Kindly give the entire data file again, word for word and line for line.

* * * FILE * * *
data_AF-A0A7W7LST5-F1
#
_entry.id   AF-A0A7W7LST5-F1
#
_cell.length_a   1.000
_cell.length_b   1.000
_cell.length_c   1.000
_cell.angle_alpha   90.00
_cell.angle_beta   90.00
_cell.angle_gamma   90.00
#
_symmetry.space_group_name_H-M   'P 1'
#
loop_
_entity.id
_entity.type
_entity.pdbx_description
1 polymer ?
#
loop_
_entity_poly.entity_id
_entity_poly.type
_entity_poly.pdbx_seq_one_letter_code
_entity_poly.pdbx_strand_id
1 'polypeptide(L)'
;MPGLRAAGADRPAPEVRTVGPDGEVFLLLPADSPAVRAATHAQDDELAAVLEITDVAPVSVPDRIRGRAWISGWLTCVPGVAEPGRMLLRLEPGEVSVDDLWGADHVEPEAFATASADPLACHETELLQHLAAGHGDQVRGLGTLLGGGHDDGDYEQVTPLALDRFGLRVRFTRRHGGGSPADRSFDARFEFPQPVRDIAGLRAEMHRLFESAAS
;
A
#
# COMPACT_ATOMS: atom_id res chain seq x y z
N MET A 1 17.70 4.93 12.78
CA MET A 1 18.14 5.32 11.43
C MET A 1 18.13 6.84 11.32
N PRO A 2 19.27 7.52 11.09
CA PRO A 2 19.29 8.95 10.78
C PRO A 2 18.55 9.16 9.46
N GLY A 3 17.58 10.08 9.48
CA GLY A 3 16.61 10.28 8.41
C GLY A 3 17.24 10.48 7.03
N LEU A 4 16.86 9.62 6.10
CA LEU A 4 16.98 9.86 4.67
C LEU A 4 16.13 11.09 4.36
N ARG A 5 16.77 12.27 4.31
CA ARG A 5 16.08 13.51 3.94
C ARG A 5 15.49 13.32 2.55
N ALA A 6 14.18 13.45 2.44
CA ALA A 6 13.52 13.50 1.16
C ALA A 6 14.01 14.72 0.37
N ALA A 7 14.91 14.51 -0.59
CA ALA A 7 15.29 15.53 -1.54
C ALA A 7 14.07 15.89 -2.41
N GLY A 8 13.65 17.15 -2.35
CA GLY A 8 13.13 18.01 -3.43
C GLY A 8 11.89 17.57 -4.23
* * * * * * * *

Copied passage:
data_AF-A0A7W7LST5-F1
#
_entry.id   AF-A0A7W7LST5-F1
#
_cell.length_a   1.000
_cell.length_b   1.000
_cell.length_c   1.000
_cell.angle_alpha   90.00
_cell.angle_beta   90.00
_cell.angle_gamma   90.00
#
_symmetry.space_group_name_H-M   'P 1'
#
loop_
_entity.id
_entity.type
_entity.pdbx_description
1 polymer ?
#
loop_
_entity_poly.entity_id
_entity_poly.type
_entity_poly.pdbx_seq_one_letter_code
_entity_poly.pdbx_strand_id
1 'polypeptide(L)'
;MPGLRAAGADRPAPEVRTVGPDGEVFLLLPADSPAVRAATHAQDDELAAVLEITDVAPVSVPDRIRGRAWISGWLTCVPGVAEPGRMLLRLEPGEVSVDDLWGADHVEPEAFATASADPLACHETELLQHLAAGHGDQVRGLGTLLGGGHDDGDYEQVTPLALDRFGLRVRFTRRHGGGSPADRSFDARFEFPQPVRDIAGLRAEMHRLFESAAS
;
A
#
# COMPACT_ATOMS: atom_id res chain seq x y z
N MET A 1 17.70 4.93 12.78
CA MET A 1 18.14 5.32 11.43
C MET A 1 18.13 6.84 11.32
N PRO A 2 19.27 7.52 11.09
CA PRO A 2 19.29 8.95 10.78
C PRO A 2 18.55 9.16 9.46
N GLY A 3 17.58 10.08 9.48
CA GLY A 3 16.61 10.28 8.41
C GLY A 3 17.24 10.48 7.03
N LEU A 4 16.86 9.62 6.10
CA LEU A 4 16.98 9.86 4.67
C LEU A 4 16.13 11.09 4.36
N ARG A 5 16.77 12.27 4.31
CA ARG A 5 16.08 13.51 3.94
C ARG A 5 15.49 13.32 2.55
N ALA A 6 14.18 13.45 2.44
CA ALA A 6 13.52 13.50 1.16
C ALA A 6 14.01 14.72 0.37
N ALA A 7 14.91 14.51 -0.59
CA ALA A 7 15.29 15.53 -1.54
C ALA A 7 14.07 15.89 -2.41
N GLY A 8 13.65 17.15 -2.35
CA GLY A 8 13.13 18.01 -3.43
C GLY A 8 11.89 17.57 -4.23